In my previous post I talked about the biological need (and that’s the key, this is not my opinion) for our children to be raised in both a highly emotionally connected environment and to sometimes experience Mindful Disconnection here: Connection and Disconnection: Optimal Parenting Part One.
The first thing I always check, if our kids behave as they shouldn’t, is what’s been going on for them. I wrote about identifying and dealing with different types of meltdowns here: Tantrums: Different Kinds need different Strategies.
Sometimes, I’m both dealing with the distress side of a tantrum and Mindfully Disconnecting to set a boundary. For example, I fully understand that a child with low blood-sugar needs feeding and it’s still not OK for him to belt his brother. (New visitors: I use his/he because I have three sons.)
Here are some brief ways that we Mindfully Disconnect with our kids when at the baby – age three stage.
These are ways we do things and are just suggestions. They work and don’t involve being ferocious, in most situations. The key is that Mindful Disconnection is not a time for explanation or reasoning. It’s a time for a not-intense, but firm, boundary. It’s a time for pretending that you are a rock. (You are immovable and silent once you’ve made your stand.)
Birth to Crawling: Almost None. What baby wants baby pretty well gets. Keeping in mind that his/her body language will tell you if s/he needs to sleep/eat/get away from Granny. Crying is last a ditch attempt at communication for babies.
However, when baby bites Mum’s boobs while feeding he needs his first Mindful Disconnection: hook your little finger into the side of his mouth and detach then and say firmly, No. Re-latch after a very brief pause. If baby bites again, do the same again. Do the same for other unacceptable behaviours like pulling hair (detach hands gently) and biting skin. Breaking eye-contact and saying, No, to biting can be enough with wee ones. Just make sure you do it every time.
Crawling to age three: Mostly none. Introducing “Uh-uh”, “No” and “Not for touching.” You don’t usually have to raise your voice much and you certainly don’t need to get angry. It’s all about getting off our bums and actually ‘doing’ boundaries at this stage (Yes, that’s two and a half years of active boundary setting). Examples:
1.Crawling baby approaches buttons on tele with intent to play, I say “Uh. Uh” or “Not for Touching” and shake my head. If baby persists, I’ll get up and move him and say, “Not for touching, buttons.” I’d do the same for pretty well anything else a baby wanted to touch, but it wasn’t appropriate for them to do so. (Some people put precious things away, some don’t – whatever works in your house.)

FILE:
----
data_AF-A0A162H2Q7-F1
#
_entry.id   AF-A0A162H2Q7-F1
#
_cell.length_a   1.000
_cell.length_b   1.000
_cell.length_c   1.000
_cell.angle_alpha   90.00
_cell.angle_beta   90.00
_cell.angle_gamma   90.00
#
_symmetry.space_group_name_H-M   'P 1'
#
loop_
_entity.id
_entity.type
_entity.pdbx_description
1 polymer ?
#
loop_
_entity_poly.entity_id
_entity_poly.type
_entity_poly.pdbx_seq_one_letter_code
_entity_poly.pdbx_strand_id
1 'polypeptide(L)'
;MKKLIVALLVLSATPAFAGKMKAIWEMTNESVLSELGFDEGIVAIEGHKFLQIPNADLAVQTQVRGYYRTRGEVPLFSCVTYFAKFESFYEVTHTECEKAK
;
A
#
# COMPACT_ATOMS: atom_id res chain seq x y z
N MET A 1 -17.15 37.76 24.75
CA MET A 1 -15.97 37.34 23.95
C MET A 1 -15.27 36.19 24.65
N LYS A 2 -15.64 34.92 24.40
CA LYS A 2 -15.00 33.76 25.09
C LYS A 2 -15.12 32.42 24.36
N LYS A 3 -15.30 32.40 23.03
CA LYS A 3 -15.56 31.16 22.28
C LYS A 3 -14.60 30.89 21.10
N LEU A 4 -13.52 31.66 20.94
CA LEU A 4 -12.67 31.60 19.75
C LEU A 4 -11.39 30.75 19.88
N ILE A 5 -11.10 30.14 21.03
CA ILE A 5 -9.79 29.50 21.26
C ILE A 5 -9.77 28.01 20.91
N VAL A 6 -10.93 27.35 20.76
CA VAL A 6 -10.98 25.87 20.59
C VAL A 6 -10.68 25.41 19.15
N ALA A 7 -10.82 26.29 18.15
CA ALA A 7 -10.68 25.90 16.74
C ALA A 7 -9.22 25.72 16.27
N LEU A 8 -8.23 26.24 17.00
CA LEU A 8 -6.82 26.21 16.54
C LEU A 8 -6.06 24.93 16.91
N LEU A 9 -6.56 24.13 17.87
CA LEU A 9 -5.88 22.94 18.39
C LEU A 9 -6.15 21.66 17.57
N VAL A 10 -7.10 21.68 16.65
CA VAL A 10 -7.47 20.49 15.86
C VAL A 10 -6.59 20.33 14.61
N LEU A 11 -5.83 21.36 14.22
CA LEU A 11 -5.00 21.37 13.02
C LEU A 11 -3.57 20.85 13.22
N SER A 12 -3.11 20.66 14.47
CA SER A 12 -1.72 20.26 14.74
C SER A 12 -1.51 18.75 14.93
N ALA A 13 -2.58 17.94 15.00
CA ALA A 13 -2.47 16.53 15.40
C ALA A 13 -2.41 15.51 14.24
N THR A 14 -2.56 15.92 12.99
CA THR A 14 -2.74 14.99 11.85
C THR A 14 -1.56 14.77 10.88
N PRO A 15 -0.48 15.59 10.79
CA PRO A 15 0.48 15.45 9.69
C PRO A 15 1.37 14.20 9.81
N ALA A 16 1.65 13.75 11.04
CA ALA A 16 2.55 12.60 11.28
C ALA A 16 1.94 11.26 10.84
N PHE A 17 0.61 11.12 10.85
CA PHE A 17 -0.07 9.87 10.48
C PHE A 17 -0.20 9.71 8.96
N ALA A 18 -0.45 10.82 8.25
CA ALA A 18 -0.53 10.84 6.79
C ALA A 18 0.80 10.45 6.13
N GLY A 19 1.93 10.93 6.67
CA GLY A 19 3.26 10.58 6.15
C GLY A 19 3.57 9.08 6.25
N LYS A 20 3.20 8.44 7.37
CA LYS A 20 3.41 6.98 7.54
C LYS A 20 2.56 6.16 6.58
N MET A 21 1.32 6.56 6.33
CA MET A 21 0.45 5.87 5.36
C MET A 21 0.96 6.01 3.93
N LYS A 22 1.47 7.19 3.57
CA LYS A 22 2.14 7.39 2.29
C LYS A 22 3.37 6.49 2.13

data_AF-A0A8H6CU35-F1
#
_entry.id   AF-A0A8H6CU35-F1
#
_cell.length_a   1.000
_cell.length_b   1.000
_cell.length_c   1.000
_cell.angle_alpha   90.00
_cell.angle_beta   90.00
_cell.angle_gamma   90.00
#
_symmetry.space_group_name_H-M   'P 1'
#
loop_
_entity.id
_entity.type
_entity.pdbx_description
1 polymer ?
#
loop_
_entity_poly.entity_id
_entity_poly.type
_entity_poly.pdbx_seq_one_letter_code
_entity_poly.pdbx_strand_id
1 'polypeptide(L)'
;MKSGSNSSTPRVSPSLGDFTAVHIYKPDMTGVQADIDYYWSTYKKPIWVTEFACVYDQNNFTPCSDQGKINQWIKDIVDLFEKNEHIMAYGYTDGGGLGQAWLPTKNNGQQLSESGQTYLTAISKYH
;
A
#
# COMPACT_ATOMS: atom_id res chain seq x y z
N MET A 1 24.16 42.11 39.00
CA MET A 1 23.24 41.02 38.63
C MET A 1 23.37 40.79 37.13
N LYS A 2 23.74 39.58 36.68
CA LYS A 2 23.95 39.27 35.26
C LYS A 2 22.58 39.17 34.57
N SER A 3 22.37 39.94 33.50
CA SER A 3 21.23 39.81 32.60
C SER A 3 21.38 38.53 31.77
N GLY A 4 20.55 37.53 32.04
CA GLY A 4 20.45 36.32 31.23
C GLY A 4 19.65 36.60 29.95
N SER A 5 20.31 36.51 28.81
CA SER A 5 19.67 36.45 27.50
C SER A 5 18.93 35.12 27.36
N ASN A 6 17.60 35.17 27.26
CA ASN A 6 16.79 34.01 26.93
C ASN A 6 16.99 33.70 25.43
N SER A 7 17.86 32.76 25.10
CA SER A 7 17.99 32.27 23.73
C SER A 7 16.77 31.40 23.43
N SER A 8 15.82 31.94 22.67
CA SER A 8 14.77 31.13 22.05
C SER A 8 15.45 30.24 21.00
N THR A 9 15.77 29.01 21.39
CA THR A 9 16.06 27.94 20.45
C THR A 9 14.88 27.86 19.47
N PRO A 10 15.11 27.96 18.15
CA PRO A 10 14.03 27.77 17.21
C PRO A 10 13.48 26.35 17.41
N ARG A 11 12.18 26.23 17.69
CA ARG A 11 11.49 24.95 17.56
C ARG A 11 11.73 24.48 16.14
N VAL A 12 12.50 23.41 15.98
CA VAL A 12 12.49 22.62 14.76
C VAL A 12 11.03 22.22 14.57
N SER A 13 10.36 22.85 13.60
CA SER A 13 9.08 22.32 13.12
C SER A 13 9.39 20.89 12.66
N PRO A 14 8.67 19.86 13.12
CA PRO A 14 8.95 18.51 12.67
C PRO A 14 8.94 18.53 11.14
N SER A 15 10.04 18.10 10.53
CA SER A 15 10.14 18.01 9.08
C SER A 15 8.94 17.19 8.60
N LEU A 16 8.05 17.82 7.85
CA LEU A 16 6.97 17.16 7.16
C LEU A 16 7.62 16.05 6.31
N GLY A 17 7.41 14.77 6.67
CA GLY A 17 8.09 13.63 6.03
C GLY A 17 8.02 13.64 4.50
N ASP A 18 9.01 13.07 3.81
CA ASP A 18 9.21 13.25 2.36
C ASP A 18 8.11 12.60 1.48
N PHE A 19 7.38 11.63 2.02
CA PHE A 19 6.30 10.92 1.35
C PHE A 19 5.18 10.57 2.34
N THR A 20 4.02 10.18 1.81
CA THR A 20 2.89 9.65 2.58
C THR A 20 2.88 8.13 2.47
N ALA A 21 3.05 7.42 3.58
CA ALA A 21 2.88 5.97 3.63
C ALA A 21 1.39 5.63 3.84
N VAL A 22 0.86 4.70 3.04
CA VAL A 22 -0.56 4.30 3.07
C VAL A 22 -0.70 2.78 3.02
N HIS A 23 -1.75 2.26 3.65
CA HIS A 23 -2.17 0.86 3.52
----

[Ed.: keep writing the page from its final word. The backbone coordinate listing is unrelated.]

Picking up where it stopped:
2. Toddler wants to go with Dad in the car, it isn’t appropriate. I say, “No you’re not going” and give a Boring Cuddle. ( Quick Way to Stop Children Fussing. ) As the car pulls out of the driveway, I sometimes say, “Yes you’re sad but you can handle it.” Then I’m silent again.
3. Toddler wants to go outside and look at the stars each time he stirs in the night. Once established crying-noises are not pain, hunger or thirst. I hold him in my arms (gently but firmly) and say a few times, “No going outside now, byes time.” Then I am silent, but hold him until he understands he’s not going anywhere and goes back to sleep. (Yes, you might have to repeat this through the night – the amount of fuss will shorten/lessen over time if you stick to your guns.)
4. Toddler reaches to turn on the hot tap. I say, “Uh. Uh” or “Not for touching” and physically move him away, perhaps into a different room.
5. Toddler doesn’t want to wear a sun-hat, I put it on his head every time he takes it off. Yep, 100 times in a day if I need to.
6. Toddler comes to me upset because Craig won’t let him use the battery drill. I say firmly, “Daddy’s allowed to say, No.” If he wants a hug I’ll give him that for emotional support but I’ll not give in to his request if Craig has said, No.
7. When he has been told several times not to tip milk into the drawers I might raise my voice, say “No” and glare/frown. I would definitely remove the cup from his hand and turn my body away from him.
8. Supermarket screaming? As long as you are sure it isn’t related to pain, hunger or thirst: no eye-contact and keep moving.
At this stage, I’m not using anything that looks like a Time-Out or ferocious discipline. This is the stage where I rarely finish a sentence or a meal. At the end of this stage I should be size tiny. Ha. Ha.
It is a PAINFUL stage for me, and it ends.
Sometimes just turning my body away or frowning is enough of a Mindful Disconnection. It’s about showing disapproval at the behaviour NOT the child. So, I am also mindful to reconnect with a Cug (Mr Butterfly’s word for cuddle/hug) and with positive eye-contact afterwards.
As long as you don’t give in when you have set the boundary, you can hug them as much as you want/they need.
Night separations are a big deal for children and are NOT the time for Mindful Disconnections. Night separation anxiety comes about because of their biological emotional need to be with us. They can’t help it. Our boys as small babies until the age of around 18 months slept on Craig’s chest in the lounge at night until I was ready to go to bed. From 18 months were settled in the family bed and if they woke one of us, usually me, would go to them and resettle them by lying next to them. Yes, it’s inconvenient.
Emotional support first. Set the boundary second: mindfully. Reconnect third.
Next lot of ideas can be found here: Mindful Disconnection – Practical Ideas Pt Two.
(This is officially how I help put food on the table. If you’ve found this article useful, please feel free to use the Koha button just above my blogroll. Even the smallest amount is appreciated. )